Quantum communication: when 0 + 0 is not equal to 0
August 5th, 2008 | by KFC |
One of the lesser known cornerstones of modern physics is Claude Shannon’s mathematical theory of communication which he published in 1948 while juggling and unicycling his way around Bell Labs.
Shannon’s theory concerns how a message created at one point in space can be reproduced at another point in space. He calls the conduit for such a process a channel and the limits imposed by the universe on this process the channel capacity.
The capacity of a communications channel is [a] hugely important idea. It tells you, among other things, the rate at which you can send information from one location to another, without loss. If you’ve ever made a phone call, watched television or surfed the internet you’ll have benefited from the work associated with this idea.
In recent years, our ideas about communication have been transformed by the possibility of using quantum particles to carry information. When that happens the strange rules of quantum mechanics govern what can and cannot be sent from one region of space to another. This kind of thinking has has spawned the entirely new fields of
quantum communication and
quantum computing.
But ask a physicist what the capacity is of a quantum information channel and [they’ll] stare at the floor and shuffle [their] feet. Despite years of trying, nobody has been able to update Shannon’s theory of communication with a quantum version.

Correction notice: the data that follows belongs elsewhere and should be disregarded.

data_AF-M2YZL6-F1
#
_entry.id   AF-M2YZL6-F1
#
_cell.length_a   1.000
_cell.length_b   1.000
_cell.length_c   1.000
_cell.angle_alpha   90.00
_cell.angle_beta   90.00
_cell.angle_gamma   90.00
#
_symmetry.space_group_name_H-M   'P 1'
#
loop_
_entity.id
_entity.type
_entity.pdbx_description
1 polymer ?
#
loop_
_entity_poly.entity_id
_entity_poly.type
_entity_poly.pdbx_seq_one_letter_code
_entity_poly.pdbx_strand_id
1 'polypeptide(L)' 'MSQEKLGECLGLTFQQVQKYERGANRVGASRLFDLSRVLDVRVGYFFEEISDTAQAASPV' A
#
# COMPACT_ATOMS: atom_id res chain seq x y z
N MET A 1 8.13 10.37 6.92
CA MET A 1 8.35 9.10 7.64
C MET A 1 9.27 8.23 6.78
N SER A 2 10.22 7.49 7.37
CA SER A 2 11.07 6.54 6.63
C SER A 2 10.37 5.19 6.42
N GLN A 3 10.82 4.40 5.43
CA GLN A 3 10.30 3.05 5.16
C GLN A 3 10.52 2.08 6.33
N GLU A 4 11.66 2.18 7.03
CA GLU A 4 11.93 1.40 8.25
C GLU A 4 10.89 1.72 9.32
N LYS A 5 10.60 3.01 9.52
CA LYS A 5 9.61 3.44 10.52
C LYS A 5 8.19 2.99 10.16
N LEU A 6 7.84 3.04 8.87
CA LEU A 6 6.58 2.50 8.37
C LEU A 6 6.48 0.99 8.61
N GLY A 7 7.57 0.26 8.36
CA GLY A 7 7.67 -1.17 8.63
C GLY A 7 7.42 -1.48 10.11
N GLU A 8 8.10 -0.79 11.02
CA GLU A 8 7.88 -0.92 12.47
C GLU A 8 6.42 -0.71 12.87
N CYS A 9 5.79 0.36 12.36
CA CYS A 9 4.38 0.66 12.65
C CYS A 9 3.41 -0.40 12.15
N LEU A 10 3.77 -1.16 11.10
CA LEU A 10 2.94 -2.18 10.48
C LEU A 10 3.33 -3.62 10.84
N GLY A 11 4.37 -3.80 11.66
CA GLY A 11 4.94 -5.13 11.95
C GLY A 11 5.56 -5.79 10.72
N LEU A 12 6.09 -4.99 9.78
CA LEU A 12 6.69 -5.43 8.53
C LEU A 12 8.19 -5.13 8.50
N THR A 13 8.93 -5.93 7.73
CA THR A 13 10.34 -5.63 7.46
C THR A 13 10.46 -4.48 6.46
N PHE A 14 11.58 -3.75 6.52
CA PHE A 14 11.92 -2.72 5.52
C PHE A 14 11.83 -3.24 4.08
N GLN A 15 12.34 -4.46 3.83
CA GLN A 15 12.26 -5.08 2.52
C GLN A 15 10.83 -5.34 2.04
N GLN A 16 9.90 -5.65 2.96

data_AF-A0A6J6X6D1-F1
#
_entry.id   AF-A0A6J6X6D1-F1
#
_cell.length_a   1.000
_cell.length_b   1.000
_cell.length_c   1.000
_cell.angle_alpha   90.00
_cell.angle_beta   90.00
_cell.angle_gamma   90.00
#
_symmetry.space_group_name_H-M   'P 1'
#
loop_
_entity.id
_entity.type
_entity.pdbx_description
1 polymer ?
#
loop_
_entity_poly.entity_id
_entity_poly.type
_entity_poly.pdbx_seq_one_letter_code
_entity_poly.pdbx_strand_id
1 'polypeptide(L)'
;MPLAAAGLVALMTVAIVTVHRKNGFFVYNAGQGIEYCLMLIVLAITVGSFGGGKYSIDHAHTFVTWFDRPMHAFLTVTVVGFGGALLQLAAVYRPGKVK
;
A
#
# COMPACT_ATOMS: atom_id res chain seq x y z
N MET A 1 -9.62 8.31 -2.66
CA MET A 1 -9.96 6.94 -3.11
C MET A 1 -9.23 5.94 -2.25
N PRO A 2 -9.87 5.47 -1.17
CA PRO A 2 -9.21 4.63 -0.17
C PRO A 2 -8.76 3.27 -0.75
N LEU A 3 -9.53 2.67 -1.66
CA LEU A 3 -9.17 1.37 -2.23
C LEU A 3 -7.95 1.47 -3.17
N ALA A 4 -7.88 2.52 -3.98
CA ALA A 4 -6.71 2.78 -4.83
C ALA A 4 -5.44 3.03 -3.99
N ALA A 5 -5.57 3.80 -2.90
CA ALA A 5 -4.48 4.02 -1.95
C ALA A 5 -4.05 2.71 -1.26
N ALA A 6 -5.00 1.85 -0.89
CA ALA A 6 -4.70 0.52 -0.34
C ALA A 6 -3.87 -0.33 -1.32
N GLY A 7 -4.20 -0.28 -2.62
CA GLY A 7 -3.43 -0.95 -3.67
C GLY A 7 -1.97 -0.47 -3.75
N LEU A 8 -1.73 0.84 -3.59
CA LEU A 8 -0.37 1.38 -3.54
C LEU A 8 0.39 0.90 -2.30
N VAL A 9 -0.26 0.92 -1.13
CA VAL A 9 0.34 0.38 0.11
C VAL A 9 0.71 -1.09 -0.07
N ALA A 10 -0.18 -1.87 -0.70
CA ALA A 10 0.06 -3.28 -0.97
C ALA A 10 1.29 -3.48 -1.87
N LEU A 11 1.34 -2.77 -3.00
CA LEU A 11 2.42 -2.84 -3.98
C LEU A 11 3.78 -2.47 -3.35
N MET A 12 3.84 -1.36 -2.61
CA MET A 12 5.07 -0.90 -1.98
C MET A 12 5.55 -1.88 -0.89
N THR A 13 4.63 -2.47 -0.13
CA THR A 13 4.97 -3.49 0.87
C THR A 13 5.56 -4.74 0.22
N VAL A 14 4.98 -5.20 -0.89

Which is why a paper today on the arXiv is so exciting. Graeme Smith at the IBM Watson Research Center in Yorktown Heights NY (a lab that has carried the torch for this problem) and Jon Yard from Los Alamos National Labs have made what looks to be an important breakthrough by calculating that
two zero-capacity quantum channels can have a nonzero capacity when used together.
That’s interesting because it indicates that physicists may have been barking up the wrong tree with this problem: perhaps the quantum capacity of a channel does not uniquely specify its ability for transmitting quantum information. And if not, what else is relevant?
That’s going to be a stepping stone to some interesting new thinking in the coming months and years. Betcha!
Ref:
arxiv.org/abs/0807.4935:
Quantum Communication With Zero-Capacity Channels
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